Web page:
It is a very clever book, mixing in a huge number of alternate timelines, and introducing Fictional Realism, in which alternate timelines feature people and places to whom our own time line has ascribed fictional status. That means that in some worlds Sherlock Holmes, Sidney Carton, Ishmael, Huckleberry Finn and probably even Harry Potter, live just as you and I do in this one. Thus the story of this book brings in all sorts of characters you know, and may love.
Since Alice gets into a scrape early on, which means she gets chased by the police, from whom she is rescued by the mysterious Keith Quick, there is plenty of action and bewilderment for Alice to contend with, and the reader is taken along at a hectic pace to learn as she goes. There are some wondrous artefacts, some of a steampunk type, others existing in contemporary London, including mobile phones. The use of mobile phones when Alice has a temporal accident which lands her in the Regency age is handled beautifully. The action darts around in time and space, and the author has done a good amount of work to make the historical settings feel authentic.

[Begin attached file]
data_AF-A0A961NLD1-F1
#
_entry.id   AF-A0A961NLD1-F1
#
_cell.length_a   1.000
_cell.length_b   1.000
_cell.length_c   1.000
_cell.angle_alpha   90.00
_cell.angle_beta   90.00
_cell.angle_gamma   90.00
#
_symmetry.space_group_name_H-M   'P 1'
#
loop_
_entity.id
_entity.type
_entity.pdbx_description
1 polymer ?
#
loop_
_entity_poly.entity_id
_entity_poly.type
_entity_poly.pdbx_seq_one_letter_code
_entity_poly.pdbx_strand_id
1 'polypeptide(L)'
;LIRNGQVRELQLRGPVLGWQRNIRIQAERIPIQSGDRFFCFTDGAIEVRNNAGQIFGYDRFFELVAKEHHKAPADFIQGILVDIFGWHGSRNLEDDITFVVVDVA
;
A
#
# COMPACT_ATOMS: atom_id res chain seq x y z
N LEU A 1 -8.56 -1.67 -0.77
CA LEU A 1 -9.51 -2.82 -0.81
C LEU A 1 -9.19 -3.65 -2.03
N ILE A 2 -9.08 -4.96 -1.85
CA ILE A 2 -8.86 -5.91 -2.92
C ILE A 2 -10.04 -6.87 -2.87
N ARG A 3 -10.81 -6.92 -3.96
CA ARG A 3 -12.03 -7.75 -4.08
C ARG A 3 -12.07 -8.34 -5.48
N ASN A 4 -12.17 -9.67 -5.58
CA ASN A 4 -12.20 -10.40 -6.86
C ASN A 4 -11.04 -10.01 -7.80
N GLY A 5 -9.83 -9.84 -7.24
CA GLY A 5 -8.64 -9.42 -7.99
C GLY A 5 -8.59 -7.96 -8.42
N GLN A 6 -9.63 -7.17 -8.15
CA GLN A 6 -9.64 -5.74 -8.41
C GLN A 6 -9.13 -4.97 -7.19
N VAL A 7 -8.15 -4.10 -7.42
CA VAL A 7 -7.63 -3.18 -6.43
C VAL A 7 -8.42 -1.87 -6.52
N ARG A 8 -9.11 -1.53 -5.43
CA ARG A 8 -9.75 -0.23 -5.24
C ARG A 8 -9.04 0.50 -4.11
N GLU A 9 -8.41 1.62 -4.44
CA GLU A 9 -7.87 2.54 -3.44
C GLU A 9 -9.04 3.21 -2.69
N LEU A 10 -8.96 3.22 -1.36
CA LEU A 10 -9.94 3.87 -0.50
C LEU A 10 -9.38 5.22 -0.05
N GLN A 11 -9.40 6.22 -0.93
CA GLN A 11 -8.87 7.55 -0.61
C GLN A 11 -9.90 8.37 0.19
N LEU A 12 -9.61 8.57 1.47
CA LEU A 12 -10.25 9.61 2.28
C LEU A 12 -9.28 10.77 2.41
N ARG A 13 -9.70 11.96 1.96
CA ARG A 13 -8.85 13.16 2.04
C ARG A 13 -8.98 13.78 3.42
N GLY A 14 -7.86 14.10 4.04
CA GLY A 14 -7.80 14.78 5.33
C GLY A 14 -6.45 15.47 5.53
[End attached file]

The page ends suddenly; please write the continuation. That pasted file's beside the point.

Now, you know me very well, and I bet when you read ‘contemporary London’ the alarm bells rang. Yes. Full of bad contemporary London facts. Fake London, even. Most of these were in the first 20% of the book, which also included the odd typo and several grammatical errors, but returned near the end, too. I stopped to check whether the book was indie published (no, small press), whether it was an ARC (I don’t think so, hence my comment in the intro), and whether the author was British (no, Canadian). Which brings me back to something I’ve ranted about in the past about getting your details about places you don’t live in right. Use your social network. Check your facts. Don’t invite your contemporary Londoner readers to rant about things that aren’t right. Laughable, even. Okay, so the London Eye is ‘fairly near’ the Thames. So near, in fact, that you’d find it difficult to slide a credit card between it and the river without getting wet. Things mentioned earlier mixed up the detail of different types of Tube train lines, and put locations cited in the wrong places. I find myself wondering whether I’m turning into one of those old men who complain the insignia on the shoulder of a film actor belonged to a regiment that never went near the D-Day landings (or flew Lancasters not Spitfires, etc). I digress.